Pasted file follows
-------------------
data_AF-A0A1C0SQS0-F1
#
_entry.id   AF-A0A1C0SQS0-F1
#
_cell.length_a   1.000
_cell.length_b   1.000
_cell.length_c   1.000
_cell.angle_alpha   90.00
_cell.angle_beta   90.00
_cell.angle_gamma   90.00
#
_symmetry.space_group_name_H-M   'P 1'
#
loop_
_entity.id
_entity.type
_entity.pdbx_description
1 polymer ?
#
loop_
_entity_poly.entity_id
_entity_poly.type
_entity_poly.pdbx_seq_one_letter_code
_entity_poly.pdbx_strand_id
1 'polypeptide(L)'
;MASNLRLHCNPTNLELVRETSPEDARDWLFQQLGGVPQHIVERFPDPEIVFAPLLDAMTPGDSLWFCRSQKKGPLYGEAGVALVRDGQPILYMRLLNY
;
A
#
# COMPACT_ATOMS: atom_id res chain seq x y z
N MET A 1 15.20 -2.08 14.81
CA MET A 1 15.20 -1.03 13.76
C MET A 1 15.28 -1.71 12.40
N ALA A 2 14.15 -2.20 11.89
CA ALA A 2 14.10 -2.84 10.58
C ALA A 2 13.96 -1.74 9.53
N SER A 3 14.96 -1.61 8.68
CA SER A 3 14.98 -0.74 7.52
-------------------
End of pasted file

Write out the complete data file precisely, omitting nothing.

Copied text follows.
data_AF-A0A1C0SQS0-F1
#
_entry.id   AF-A0A1C0SQS0-F1
#
_cell.length_a   1.000
_cell.length_b   1.000
_cell.length_c   1.000
_cell.angle_alpha   90.00
_cell.angle_beta   90.00
_cell.angle_gamma   90.00
#
_symmetry.space_group_name_H-M   'P 1'
#
loop_
_entity.id
_entity.type
_entity.pdbx_description
1 polymer ?
#
loop_
_entity_poly.entity_id
_entity_poly.type
_entity_poly.pdbx_seq_one_letter_code
_entity_poly.pdbx_strand_id
1 'polypeptide(L)'
;MASNLRLHCNPTNLELVRETSPEDARDWLFQQLGGVPQHIVERFPDPEIVFAPLLDAMTPGDSLWFCRSQKKGPLYGEAGVALVRDGQPILYMRLLNY
;
A
#
# COMPACT_ATOMS: atom_id res chain seq x y z
N MET A 1 15.20 -2.08 14.81
CA MET A 1 15.20 -1.03 13.76
C MET A 1 15.28 -1.71 12.40
N ALA A 2 14.15 -2.20 11.89
CA ALA A 2 14.10 -2.84 10.58
C ALA A 2 13.96 -1.74 9.53
N SER A 3 14.96 -1.61 8.68
CA SER A 3 14.98 -0.74 7.52